There are opportunities to achieve significant improvements in other key areas of operations such as reliability, safety, and energy management; but these too require closed-loop feedback control systems. Processes for these parameters are still largely manually operated and most of the data ends up in documents or disconnected systems without being used for real-time analysis and decision support. According to Mr. Zornio, IIoT technologies could bring the much-needed feedback control to these areas, with reliability improvement emerging as the single biggest opportunity for profit improvement in large continuous operating facilities.

In addition to improved reliability, there is huge potential to achieve operational certainty in the areas of production, safety and emissions. To explore opportunities and find the gap between the performance of top and bottom quartile companies for these parameters, Emerson compared global operations data on refining and petrochemical manufacturers. The results were astounding.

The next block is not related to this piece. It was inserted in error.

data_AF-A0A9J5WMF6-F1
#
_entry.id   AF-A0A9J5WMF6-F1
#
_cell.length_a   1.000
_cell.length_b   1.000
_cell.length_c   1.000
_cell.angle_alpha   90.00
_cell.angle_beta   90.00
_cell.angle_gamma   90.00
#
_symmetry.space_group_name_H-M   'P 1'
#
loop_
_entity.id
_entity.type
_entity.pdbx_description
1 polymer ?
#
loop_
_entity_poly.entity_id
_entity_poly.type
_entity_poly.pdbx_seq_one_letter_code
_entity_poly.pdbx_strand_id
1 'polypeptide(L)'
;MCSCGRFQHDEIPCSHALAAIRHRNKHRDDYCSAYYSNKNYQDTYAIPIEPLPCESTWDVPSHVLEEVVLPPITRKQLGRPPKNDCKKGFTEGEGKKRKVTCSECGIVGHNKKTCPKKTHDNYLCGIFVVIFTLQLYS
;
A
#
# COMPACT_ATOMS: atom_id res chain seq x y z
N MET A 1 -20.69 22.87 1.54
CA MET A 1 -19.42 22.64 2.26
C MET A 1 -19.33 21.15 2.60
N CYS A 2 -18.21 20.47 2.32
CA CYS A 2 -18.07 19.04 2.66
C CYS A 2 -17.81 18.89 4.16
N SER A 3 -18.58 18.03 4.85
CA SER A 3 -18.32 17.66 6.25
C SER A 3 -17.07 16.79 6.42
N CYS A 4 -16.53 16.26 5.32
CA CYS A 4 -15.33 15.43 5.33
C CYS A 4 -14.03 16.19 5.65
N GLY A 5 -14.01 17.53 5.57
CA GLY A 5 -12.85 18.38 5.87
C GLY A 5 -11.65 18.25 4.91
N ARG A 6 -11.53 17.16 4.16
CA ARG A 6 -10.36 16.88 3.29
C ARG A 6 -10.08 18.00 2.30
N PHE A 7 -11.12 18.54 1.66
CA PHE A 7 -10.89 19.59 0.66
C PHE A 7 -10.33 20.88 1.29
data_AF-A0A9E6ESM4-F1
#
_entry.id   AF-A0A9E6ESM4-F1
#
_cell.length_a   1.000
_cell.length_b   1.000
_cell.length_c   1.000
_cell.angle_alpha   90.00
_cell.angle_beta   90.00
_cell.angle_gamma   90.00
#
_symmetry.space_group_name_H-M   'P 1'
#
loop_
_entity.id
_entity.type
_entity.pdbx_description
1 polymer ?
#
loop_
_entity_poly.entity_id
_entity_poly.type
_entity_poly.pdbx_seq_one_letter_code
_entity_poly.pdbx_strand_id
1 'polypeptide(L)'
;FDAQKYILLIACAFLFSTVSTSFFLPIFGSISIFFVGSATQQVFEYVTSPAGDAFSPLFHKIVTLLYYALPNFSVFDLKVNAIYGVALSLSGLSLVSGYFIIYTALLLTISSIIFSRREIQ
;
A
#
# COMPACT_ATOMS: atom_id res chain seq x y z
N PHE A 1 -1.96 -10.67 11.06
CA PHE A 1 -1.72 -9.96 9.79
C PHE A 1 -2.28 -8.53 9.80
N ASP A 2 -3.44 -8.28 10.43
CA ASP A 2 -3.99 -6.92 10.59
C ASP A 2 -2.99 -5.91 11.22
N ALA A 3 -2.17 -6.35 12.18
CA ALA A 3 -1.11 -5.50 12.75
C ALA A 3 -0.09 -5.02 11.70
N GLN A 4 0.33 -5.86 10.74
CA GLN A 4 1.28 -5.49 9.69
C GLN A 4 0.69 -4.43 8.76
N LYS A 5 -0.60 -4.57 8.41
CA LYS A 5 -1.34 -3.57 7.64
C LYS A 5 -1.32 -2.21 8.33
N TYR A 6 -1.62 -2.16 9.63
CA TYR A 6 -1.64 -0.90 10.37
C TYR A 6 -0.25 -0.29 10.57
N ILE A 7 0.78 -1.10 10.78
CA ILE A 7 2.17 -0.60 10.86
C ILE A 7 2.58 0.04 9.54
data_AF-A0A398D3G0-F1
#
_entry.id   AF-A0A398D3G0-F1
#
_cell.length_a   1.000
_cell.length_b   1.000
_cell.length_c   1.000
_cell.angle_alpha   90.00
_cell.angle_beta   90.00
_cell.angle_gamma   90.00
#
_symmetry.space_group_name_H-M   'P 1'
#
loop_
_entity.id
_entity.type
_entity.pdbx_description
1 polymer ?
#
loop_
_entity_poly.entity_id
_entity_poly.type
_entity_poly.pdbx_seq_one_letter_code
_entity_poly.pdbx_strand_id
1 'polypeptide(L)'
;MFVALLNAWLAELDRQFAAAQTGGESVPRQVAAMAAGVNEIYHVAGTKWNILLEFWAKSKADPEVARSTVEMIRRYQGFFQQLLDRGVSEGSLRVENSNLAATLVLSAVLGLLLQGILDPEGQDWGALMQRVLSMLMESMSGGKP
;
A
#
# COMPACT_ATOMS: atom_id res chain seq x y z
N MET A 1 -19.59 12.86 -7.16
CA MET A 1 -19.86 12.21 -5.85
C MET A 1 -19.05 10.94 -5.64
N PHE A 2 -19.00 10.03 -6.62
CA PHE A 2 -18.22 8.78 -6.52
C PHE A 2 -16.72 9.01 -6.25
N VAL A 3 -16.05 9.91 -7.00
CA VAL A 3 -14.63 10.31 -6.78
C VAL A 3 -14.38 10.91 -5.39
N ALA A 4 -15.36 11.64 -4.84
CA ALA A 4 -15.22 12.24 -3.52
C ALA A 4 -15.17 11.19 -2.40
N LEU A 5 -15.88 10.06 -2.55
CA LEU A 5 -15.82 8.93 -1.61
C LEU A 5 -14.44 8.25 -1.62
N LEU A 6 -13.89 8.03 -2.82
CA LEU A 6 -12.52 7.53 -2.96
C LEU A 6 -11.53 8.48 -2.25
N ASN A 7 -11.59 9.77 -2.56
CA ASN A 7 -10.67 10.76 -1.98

The benchmarking exercise revealed a substantial gap even between the average performing companies and the top ones across all the four domains: reliability, production, safety, and emissions.

For example, for reliability, the top companies have 4 percent higher availability and 50 percent lower maintenance cost, as compared to the bottom companies. This translated to an extra week of production in a continuous processing plant, said Mr. Zornio. The top performing companies focused on preventive and predictive maintenance activities, rather than scheduled maintenance, to minimize downtime and increase machine availability.

Operations Benchmarking ak3.JPGCompiling all benchmarks in the four domains, it was discovered that about $1 trillion could be saved if every company was transformed into a top performing one, explained Mr. Zornio. However, end users remain hesitant to take the initiative to implement new technologies and approaches. This will require cultural changes across the organization because rapid progress in internet and networking technologies, the Cloud, application platforms, and so forth give rise to new deployment and business models for companies aiming at operational improvement.